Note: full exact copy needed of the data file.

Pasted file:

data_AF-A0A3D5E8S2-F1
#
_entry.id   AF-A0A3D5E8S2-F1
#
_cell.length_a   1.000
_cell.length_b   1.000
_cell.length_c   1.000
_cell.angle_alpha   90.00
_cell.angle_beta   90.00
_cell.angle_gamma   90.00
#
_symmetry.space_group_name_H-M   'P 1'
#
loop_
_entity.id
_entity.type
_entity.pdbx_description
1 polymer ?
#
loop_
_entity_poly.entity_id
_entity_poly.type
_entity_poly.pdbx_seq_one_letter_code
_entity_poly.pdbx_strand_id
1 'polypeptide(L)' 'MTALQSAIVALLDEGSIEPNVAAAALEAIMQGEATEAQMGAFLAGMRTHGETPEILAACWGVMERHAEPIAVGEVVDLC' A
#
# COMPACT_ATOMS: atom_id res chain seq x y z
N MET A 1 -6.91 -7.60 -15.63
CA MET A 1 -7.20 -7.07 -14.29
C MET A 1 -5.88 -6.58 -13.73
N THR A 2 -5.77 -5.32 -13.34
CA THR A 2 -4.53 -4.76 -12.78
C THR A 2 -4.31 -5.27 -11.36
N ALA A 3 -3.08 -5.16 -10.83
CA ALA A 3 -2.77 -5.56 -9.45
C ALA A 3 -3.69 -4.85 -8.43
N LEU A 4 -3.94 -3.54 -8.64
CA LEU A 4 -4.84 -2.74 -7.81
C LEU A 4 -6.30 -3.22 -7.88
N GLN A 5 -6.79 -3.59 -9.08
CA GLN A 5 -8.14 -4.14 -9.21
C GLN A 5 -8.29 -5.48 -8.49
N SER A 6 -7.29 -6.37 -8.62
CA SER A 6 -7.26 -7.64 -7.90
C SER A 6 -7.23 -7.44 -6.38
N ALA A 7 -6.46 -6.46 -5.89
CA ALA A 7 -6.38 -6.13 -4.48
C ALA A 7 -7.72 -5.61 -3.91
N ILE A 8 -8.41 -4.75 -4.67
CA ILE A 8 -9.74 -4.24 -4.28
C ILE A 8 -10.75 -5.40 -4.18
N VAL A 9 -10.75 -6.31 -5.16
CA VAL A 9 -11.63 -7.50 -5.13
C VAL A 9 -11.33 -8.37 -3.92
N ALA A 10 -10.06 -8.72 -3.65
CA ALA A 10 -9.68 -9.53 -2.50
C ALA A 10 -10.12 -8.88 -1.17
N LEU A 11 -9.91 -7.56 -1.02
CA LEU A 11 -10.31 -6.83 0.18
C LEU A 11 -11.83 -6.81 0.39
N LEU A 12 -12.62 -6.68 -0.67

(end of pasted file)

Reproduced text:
data_AF-A0A3D5E8S2-F1
#
_entry.id   AF-A0A3D5E8S2-F1
#
_cell.length_a   1.000
_cell.length_b   1.000
_cell.length_c   1.000
_cell.angle_alpha   90.00
_cell.angle_beta   90.00
_cell.angle_gamma   90.00
#
_symmetry.space_group_name_H-M   'P 1'
#
loop_
_entity.id
_entity.type
_entity.pdbx_description
1 polymer ?
#
loop_
_entity_poly.entity_id
_entity_poly.type
_entity_poly.pdbx_seq_one_letter_code
_entity_poly.pdbx_strand_id
1 'polypeptide(L)' 'MTALQSAIVALLDEGSIEPNVAAAALEAIMQGEATEAQMGAFLAGMRTHGETPEILAACWGVMERHAEPIAVGEVVDLC' A
#
# COMPACT_ATOMS: atom_id res chain seq x y z
N MET A 1 -6.91 -7.60 -15.63
CA MET A 1 -7.20 -7.07 -14.29
C MET A 1 -5.88 -6.58 -13.73
N THR A 2 -5.77 -5.32 -13.34
CA THR A 2 -4.53 -4.76 -12.78
C THR A 2 -4.31 -5.27 -11.36
N ALA A 3 -3.08 -5.16 -10.83
CA ALA A 3 -2.77 -5.56 -9.45
C ALA A 3 -3.69 -4.85 -8.43
N LEU A 4 -3.94 -3.54 -8.64
CA LEU A 4 -4.84 -2.74 -7.81
C LEU A 4 -6.30 -3.22 -7.88
N GLN A 5 -6.79 -3.59 -9.08
CA GLN A 5 -8.14 -4.14 -9.21
C GLN A 5 -8.29 -5.48 -8.49
N SER A 6 -7.29 -6.37 -8.62
CA SER A 6 -7.26 -7.64 -7.90
C SER A 6 -7.23 -7.44 -6.38
N ALA A 7 -6.46 -6.46 -5.89
CA ALA A 7 -6.38 -6.13 -4.48
C ALA A 7 -7.72 -5.61 -3.91
N ILE A 8 -8.41 -4.75 -4.67
CA ILE A 8 -9.74 -4.24 -4.28
C ILE A 8 -10.75 -5.40 -4.18
N VAL A 9 -10.75 -6.31 -5.16
CA VAL A 9 -11.63 -7.50 -5.13
C VAL A 9 -11.33 -8.37 -3.92
N ALA A 10 -10.06 -8.72 -3.65
CA ALA A 10 -9.68 -9.53 -2.50
C ALA A 10 -10.12 -8.88 -1.17
N LEU A 11 -9.91 -7.56 -1.02
CA LEU A 11 -10.31 -6.83 0.18
C LEU A 11 -11.83 -6.81 0.39
N LEU A 12 -12.62 -6.68 -0.67